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    What Has Changed with the GOP’s Tax Cuts and Jobs Act

    After coming out of tax season, we are entering the time where refunds are in the mail.

    Despite all the excitement surrounding the tax cuts, many of the refund checks we see might only be marginally different from last year. For some, this means a smaller refund. For others, this means that they owe more to the IRS than they have in years past.

    This has left many with questions. One of President Donald Trump’s big campaign promises was to create fairer taxation for the middle class. But there is more to taxes than we see on our refunds now in the mail. The GOP’s Tax Cuts and Jobs Act has been at work longer – and harder — than the many in the public realize.

    The perceived refund shrink is explainable. One reason is quite simple: lower taxes on your gross income each pay period. You might have noticed in February of last year that you had a larger paycheck each pay period than you expected in the past. This is because of tax cuts resulting in less money withheld from your pay.

    Another bright side of new tax legislation is a larger Child Tax Credit for children under 17 years old. Parents can now claim a CTC of $2,000 per qualifying child; a far cry from the $1,000 under old tax laws. This part of the GOP bill is set to be phased out by the year 2025 (Tax Act).

    Unfortunately, as with any tax-related legislation, things are complicated. How beneficial the Tax Cuts and Jobs Act is to you depends on your income bracket. If you land between $9,525-$200,000 each year, you were taxed an average of 2% less. The same applies for an income of over $500,000 per year. Those that lie in the $200,000-$500,000 range saw no change to their paycheck (Tax Foundation).

    Also, if you didn’t adjust your W-4s for the amount you wanted withheld in accordance to new tax codes, you may have been impacted negatively (Time Magazine). This explains why some people might end up with an unchanged income compounded by a smaller refund.

    The GOP’s tax bill eliminated personal exemptions as well, which amounted to nearly $4,050 per filer in 2017. Personal exemptions were replaced instead by a standard deduction double what it has been in previous years. For example, a person of single filing status went from $5,650 worth of standard deduction to $12,000.

    All that said, there were also losers in the new structure. With the cap on state property taxes and elimination of the state and local tax (SALT) deductions, many who live in the New York, New Jersey, California and other highly taxed states will pay more.

    Year to year, tax codes are a daunting puzzle. Did you feel cheated or triumphant after winding through the maze of 2019’s tax season?

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    Just Because We Can…

    We are all familiar with the adage, “Just because you can, doesn’t mean you should”.  There are times when the status quo and the beauty around us that enriches our lives is best left alone, unchanged.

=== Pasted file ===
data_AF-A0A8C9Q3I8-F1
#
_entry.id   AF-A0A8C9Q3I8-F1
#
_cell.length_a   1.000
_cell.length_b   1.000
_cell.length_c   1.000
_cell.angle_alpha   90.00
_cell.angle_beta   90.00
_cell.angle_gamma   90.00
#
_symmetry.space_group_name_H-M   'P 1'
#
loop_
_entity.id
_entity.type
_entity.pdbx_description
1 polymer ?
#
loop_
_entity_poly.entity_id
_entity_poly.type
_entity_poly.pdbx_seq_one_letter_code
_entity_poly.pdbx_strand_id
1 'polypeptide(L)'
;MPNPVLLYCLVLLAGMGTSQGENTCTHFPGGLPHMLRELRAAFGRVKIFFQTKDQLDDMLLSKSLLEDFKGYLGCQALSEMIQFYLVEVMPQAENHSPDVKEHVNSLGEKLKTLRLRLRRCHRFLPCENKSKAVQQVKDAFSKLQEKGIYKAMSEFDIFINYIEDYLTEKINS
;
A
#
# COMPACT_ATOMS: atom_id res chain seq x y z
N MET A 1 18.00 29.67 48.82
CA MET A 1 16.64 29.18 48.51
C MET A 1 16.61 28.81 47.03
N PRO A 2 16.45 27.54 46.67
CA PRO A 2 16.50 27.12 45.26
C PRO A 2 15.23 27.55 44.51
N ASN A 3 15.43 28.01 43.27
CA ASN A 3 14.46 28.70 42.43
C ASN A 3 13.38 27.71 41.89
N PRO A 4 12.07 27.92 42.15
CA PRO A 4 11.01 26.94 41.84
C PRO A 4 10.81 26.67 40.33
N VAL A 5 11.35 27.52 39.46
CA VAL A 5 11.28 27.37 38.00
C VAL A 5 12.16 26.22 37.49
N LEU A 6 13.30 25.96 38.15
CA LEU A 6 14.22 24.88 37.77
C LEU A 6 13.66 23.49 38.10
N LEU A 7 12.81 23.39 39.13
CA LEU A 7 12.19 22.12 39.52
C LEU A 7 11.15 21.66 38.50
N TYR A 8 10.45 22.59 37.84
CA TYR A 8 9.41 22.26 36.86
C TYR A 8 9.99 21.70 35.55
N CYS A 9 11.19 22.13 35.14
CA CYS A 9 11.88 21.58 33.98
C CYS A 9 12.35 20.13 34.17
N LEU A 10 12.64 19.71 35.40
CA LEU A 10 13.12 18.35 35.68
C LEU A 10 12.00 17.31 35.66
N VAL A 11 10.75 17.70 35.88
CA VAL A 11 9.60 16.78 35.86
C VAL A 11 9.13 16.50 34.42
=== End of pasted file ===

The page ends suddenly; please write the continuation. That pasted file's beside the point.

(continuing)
Enter today’s computers capable of making calculations far faster than humanly possible, machine learning and artificial intelligence.  Media touts how wonderful these machines will make our lives. Others fear robots will one day replace us.  All of this is worthy of debate to allay our fears and better inform us of what we can expect.  But sometimes we need to take a step back and think about just how far technology may go if left unrestrained.

    In January, Huawei, the Chinese technology company under fire by a host of governments who fear Huawei is a tool China uses to hack into computer networks and threaten security, announced that it programmed a cell phone to complete Franz Schubert‘s Symphony No8, otherwise known as his Unfinished Symphony.  Composed nearly 200 years ago, musicians and composers have debated for decades about what the symphony might have been if Schubert had completed it.  The conversations were deep and steeped in musical history.

    Now, according to Huawei, a cell phone programmed with artificial intelligence (AI), with some assistance from a human composer, has completed Schubert’s symphony.  Huawei will unveil the results in February.  You can watch their promotional campaign on YouTube by clicking here.

    The AI completed symphony, albeit with some assistance from a human, will no doubt cause music aficionados to argue that no machine can ever replace the genius of Schubert and that Huawei’s exercise is nothing more than a parlor trick.  In some ways, it probably is and relatively harmless in its own right.

    If you watch the video, however, take particular notice of the tag line.

    “If we can do this, what else could we make humanly possible?”

    It all begs the question, “Will computer generated logic someday replace human creativity?”  Are we living on the verge of interacting with the likes of StarTrek’s Mr. Spock or Hal from Sidney Kubrick’s 2001: A Space Odyssey?  When will “humanly possible” be replaced with “robotically possible”?

    As a society, we need to think more about AI and avoid blindly advancing technology for the sake of discovery.  I know that some would see this as a naïve viewpoint from a Luddite, but the fact remains that we simply do not know or understand where this will lead.  While discovery and exploration have been part of our DNA, past efforts have always had some level of acceptable and manageable risks.  This debate is not about refraining from exploration and discovery.  It is about better understanding where this is all going.  Unlike Huawei’s parlor trick in completing Schubert’s symphony, what Huawei and many other technology giants are doing is anything but a game.